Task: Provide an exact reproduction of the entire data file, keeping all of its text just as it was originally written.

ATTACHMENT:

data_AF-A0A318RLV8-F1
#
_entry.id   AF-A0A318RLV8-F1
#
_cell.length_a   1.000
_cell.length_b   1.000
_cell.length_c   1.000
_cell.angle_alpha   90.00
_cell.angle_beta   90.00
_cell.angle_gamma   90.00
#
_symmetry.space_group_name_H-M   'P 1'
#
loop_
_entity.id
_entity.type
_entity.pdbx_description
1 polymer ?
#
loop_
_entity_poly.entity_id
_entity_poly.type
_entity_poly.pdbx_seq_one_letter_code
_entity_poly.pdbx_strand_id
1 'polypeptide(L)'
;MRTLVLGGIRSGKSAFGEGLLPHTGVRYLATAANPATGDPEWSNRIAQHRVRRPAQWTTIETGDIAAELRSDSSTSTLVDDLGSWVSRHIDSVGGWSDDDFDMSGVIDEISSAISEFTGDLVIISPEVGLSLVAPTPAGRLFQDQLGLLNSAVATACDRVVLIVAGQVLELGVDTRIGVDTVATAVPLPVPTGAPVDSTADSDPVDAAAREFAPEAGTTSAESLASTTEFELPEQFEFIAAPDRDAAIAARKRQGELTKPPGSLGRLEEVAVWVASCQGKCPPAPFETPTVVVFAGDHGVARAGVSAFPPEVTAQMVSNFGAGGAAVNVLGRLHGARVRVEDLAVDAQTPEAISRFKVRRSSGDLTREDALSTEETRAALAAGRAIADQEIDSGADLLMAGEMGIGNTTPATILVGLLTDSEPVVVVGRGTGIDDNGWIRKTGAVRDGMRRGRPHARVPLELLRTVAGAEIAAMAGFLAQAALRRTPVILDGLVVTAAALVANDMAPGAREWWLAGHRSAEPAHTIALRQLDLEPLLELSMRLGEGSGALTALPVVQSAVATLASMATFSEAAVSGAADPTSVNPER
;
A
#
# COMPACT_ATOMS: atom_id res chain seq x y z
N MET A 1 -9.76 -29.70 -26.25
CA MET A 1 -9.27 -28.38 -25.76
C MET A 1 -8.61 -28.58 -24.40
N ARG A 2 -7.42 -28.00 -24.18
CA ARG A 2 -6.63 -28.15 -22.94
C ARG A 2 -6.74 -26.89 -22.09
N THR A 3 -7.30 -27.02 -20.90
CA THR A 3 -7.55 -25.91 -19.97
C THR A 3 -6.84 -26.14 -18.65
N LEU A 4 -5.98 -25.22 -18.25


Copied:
data_AF-A0A318RLV8-F1
#
_entry.id   AF-A0A318RLV8-F1
#
_cell.length_a   1.000
_cell.length_b   1.000
_cell.length_c   1.000
_cell.angle_alpha   90.00
_cell.angle_beta   90.00
_cell.angle_gamma   90.00
#
_symmetry.space_group_name_H-M   'P 1'
#
loop_
_entity.id
_entity.type
_entity.pdbx_description
1 polymer ?
#
loop_
_entity_poly.entity_id
_entity_poly.type
_entity_poly.pdbx_seq_one_letter_code
_entity_poly.pdbx_strand_id
1 'polypeptide(L)'
;MRTLVLGGIRSGKSAFGEGLLPHTGVRYLATAANPATGDPEWSNRIAQHRVRRPAQWTTIETGDIAAELRSDSSTSTLVDDLGSWVSRHIDSVGGWSDDDFDMSGVIDEISSAISEFTGDLVIISPEVGLSLVAPTPAGRLFQDQLGLLNSAVATACDRVVLIVAGQVLELGVDTRIGVDTVATAVPLPVPTGAPVDSTADSDPVDAAAREFAPEAGTTSAESLASTTEFELPEQFEFIAAPDRDAAIAARKRQGELTKPPGSLGRLEEVAVWVASCQGKCPPAPFETPTVVVFAGDHGVARAGVSAFPPEVTAQMVSNFGAGGAAVNVLGRLHGARVRVEDLAVDAQTPEAISRFKVRRSSGDLTREDALSTEETRAALAAGRAIADQEIDSGADLLMAGEMGIGNTTPATILVGLLTDSEPVVVVGRGTGIDDNGWIRKTGAVRDGMRRGRPHARVPLELLRTVAGAEIAAMAGFLAQAALRRTPVILDGLVVTAAALVANDMAPGAREWWLAGHRSAEPAHTIALRQLDLEPLLELSMRLGEGSGALTALPVVQSAVATLASMATFSEAAVSGAADPTSVNPER
;
A
#
# COMPACT_ATOMS: atom_id res chain seq x y z
N MET A 1 -9.76 -29.70 -26.25
CA MET A 1 -9.27 -28.38 -25.76
C MET A 1 -8.61 -28.58 -24.40
N ARG A 2 -7.42 -28.00 -24.18
CA ARG A 2 -6.63 -28.15 -22.94
C ARG A 2 -6.74 -26.89 -22.09
N THR A 3 -7.30 -27.02 -20.90
CA THR A 3 -7.55 -25.91 -19.97
C THR A 3 -6.84 -26.14 -18.65
N LEU A 4 -5.98 -25.22 -18.25